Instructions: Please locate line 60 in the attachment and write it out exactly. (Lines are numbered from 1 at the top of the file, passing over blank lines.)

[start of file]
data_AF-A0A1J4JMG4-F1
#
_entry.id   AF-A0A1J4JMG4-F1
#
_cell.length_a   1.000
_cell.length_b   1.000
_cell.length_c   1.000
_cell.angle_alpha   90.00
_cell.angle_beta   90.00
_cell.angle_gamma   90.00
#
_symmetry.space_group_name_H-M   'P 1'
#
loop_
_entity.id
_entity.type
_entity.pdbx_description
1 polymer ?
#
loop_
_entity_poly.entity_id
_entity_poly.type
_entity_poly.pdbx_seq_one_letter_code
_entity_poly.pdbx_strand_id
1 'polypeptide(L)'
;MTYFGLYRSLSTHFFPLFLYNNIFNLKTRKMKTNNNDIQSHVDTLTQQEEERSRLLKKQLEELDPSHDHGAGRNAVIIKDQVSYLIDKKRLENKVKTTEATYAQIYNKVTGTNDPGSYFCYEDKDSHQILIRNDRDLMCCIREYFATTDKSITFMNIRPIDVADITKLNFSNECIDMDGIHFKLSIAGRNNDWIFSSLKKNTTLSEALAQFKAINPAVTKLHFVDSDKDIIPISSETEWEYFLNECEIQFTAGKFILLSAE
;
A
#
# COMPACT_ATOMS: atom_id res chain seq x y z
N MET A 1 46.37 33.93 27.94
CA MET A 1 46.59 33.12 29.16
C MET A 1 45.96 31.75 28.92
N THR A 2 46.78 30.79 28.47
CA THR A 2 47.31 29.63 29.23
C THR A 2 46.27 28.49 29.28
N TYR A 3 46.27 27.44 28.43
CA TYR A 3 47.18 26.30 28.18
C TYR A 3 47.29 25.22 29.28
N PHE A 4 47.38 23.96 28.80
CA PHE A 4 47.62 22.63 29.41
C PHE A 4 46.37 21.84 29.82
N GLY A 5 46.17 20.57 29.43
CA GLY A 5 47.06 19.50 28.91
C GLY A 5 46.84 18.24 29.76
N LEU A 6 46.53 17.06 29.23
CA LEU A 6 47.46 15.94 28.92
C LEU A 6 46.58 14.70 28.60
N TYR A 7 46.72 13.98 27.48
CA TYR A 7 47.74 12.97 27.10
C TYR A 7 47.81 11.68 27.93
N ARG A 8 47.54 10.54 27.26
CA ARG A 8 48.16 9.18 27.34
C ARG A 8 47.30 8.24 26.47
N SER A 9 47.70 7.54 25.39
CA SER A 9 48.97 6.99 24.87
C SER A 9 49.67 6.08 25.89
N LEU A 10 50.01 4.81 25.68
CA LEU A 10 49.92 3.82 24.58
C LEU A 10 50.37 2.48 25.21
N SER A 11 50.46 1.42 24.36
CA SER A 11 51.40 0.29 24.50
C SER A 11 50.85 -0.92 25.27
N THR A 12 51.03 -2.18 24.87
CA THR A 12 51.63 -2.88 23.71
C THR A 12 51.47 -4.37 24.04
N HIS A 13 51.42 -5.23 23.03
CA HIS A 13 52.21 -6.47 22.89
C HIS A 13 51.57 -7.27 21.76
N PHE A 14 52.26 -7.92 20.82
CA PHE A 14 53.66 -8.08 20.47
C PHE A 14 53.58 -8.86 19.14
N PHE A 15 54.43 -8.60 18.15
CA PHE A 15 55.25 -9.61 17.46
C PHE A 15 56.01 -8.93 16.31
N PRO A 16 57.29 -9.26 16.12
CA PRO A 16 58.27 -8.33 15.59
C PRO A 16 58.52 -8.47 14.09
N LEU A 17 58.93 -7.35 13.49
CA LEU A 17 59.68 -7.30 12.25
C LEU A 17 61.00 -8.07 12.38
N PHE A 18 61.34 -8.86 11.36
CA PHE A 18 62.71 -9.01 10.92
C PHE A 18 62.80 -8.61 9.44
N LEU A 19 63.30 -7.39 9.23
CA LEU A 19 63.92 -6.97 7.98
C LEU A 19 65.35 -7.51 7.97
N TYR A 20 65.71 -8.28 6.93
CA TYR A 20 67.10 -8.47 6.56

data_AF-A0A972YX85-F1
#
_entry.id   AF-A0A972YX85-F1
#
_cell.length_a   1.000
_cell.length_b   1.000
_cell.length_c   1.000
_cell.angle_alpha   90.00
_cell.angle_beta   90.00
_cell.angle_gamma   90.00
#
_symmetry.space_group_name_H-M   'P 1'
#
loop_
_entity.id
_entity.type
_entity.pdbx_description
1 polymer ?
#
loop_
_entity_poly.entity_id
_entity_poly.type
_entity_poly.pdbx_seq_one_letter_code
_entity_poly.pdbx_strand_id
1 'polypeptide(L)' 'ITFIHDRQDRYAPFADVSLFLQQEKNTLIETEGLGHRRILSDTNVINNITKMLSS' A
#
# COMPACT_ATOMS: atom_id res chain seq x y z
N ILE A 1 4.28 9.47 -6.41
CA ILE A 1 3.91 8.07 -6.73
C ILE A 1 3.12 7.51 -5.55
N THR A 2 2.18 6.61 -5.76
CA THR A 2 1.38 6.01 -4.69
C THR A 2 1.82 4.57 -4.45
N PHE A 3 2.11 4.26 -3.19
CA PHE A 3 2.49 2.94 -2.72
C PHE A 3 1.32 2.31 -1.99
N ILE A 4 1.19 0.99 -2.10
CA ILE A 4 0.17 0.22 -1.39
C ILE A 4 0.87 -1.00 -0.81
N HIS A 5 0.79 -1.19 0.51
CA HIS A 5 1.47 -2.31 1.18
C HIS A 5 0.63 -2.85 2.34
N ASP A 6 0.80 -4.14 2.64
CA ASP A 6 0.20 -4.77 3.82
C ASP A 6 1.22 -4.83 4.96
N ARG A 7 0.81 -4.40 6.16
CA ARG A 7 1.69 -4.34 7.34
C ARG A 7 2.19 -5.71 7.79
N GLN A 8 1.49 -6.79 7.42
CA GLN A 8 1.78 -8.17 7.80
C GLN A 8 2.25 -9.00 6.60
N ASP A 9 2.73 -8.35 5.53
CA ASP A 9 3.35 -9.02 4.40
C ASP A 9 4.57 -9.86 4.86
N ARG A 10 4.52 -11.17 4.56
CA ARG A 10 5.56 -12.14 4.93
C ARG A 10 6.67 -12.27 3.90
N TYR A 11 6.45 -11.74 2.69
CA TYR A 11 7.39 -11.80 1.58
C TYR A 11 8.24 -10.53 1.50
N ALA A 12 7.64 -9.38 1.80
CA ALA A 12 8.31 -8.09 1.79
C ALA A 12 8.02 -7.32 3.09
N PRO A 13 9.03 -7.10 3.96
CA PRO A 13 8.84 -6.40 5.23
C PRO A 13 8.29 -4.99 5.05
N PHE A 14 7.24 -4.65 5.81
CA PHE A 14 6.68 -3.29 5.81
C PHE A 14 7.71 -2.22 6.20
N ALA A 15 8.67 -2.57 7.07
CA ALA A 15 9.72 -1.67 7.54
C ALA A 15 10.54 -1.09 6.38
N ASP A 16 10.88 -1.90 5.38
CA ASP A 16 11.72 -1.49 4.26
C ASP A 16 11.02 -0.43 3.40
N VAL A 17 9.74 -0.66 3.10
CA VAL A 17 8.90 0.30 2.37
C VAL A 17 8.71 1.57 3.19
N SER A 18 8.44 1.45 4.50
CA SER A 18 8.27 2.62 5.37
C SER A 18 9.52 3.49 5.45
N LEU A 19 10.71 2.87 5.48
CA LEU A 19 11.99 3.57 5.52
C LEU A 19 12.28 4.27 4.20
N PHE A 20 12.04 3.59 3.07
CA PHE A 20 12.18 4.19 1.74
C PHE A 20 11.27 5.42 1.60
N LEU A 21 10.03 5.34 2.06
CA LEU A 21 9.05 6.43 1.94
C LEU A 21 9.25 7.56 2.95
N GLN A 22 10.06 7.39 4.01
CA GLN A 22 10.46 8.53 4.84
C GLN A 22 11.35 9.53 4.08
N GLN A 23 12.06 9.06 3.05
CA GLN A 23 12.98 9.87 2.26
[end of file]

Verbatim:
C LEU A 10 50.37 2.48 25.21